NEW YORK (Reuters) - General Electric Co, a major buyer of Chinese goods, estimates new tariffs on its imports from China could raise its costs by $300 million to $400 million overall before steps to lessen the impact, Chief Executive John Flannery said on Friday.
In comment on the tariffs set up by President Donald Trump, Flannery said GE imports about $2.9 billion worth of goods annually from China, roughly 10 percent of total its imports. The cost of the tariffs “could be $300 to $400 million at a gross level before any mitigating factors,” he said.
GE said it can lessen the costs by shifting to suppliers in other countries and by using “duty drawbacks” that provide refunds on duties paid on goods that are later exported.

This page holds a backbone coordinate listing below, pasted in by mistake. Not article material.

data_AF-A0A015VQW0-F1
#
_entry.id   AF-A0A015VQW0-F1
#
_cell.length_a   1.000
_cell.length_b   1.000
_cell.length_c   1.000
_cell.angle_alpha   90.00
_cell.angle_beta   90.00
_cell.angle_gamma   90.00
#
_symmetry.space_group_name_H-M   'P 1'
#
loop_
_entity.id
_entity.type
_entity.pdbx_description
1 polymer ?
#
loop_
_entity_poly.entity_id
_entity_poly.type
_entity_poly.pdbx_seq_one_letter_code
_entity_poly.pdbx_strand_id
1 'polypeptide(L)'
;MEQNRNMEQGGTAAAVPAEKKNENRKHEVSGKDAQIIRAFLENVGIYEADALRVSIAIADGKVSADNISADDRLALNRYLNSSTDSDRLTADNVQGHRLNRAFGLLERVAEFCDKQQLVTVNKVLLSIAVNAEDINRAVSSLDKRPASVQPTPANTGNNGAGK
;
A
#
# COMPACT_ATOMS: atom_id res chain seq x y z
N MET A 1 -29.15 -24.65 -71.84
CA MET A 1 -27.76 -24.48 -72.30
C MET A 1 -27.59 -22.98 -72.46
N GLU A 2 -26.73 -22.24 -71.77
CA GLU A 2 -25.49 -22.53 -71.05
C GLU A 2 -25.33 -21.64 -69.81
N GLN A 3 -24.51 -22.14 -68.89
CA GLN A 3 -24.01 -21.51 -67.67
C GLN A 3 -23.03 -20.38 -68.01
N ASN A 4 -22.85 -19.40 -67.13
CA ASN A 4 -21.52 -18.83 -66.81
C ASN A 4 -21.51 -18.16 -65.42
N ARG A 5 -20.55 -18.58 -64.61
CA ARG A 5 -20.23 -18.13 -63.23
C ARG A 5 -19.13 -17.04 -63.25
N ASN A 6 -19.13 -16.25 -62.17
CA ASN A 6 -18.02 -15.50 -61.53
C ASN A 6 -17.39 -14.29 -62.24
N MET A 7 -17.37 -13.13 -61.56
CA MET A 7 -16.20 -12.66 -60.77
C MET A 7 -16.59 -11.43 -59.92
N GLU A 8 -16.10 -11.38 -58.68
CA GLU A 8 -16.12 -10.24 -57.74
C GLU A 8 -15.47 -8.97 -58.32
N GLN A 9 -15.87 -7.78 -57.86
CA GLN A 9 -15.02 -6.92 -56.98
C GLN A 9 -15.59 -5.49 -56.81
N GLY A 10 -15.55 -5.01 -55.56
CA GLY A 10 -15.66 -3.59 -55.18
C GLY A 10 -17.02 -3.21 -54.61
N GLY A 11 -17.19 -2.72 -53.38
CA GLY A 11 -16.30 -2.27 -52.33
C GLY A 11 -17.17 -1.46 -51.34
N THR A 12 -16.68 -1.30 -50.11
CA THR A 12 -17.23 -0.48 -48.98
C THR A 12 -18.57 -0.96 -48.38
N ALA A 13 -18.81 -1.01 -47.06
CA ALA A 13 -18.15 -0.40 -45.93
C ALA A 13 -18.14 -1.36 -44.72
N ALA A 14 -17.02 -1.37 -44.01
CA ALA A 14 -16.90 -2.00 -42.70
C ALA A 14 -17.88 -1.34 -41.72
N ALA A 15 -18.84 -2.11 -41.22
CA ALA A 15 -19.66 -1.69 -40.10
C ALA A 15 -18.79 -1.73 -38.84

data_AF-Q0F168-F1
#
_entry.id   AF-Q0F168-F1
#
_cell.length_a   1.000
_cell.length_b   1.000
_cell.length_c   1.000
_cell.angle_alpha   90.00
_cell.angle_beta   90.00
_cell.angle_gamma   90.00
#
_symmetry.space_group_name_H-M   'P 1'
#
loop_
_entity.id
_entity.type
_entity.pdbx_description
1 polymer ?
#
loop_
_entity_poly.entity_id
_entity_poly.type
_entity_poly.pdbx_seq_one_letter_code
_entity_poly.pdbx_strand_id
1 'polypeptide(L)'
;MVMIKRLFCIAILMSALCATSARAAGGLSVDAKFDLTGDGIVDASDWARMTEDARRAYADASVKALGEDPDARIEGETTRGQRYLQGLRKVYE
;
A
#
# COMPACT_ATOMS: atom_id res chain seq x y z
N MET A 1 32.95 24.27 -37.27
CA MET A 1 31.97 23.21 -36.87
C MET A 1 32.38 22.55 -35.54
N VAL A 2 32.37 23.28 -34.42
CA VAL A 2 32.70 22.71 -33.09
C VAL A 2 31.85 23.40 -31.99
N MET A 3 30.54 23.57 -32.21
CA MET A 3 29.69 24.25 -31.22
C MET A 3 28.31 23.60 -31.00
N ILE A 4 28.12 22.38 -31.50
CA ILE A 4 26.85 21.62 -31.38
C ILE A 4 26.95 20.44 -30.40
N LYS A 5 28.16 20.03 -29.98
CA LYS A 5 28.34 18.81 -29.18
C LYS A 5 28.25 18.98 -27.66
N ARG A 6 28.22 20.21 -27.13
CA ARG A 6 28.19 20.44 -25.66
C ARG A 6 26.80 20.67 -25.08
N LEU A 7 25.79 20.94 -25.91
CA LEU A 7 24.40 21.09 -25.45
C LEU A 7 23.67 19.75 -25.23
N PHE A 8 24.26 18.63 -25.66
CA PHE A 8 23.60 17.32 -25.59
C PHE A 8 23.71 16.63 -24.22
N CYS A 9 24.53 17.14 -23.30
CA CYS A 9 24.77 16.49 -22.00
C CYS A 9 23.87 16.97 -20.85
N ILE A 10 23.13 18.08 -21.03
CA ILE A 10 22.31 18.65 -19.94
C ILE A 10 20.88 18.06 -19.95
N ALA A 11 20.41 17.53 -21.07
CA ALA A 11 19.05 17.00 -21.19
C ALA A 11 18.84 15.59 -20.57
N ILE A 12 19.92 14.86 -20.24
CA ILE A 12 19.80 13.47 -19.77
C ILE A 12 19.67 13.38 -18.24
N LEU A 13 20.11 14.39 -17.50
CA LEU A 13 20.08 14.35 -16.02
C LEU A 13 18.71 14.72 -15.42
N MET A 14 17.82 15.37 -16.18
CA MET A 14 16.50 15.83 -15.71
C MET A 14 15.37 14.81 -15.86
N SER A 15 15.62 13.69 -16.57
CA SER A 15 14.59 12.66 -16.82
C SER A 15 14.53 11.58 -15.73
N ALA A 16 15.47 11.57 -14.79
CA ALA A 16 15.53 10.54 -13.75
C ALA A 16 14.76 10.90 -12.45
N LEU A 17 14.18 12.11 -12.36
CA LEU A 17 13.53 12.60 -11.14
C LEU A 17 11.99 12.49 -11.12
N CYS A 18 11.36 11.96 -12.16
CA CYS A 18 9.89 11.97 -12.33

Flannery said such drawbacks “could mitigate half or more” of the tariff costs. Adjusting GE’s supplier network to avoid tariffs could happen “over time,” he added.
“We don’t see a major impact yet financially, certainly not on our 2018 guidance,” Flannery said on a conference call with analysts after GE released second-quarter results.
But he added, “we have a massively global business in every sense, both with the customers, supply chains, everything.”
Some analysts took the remarks to mean GE could be hit with half of the $300 million to $400 million estimated cost, helping to fuel a 4.5 percent drop in GE shares on Friday.
Reporting by Alwyn Scott; Editing by Nick Zieminski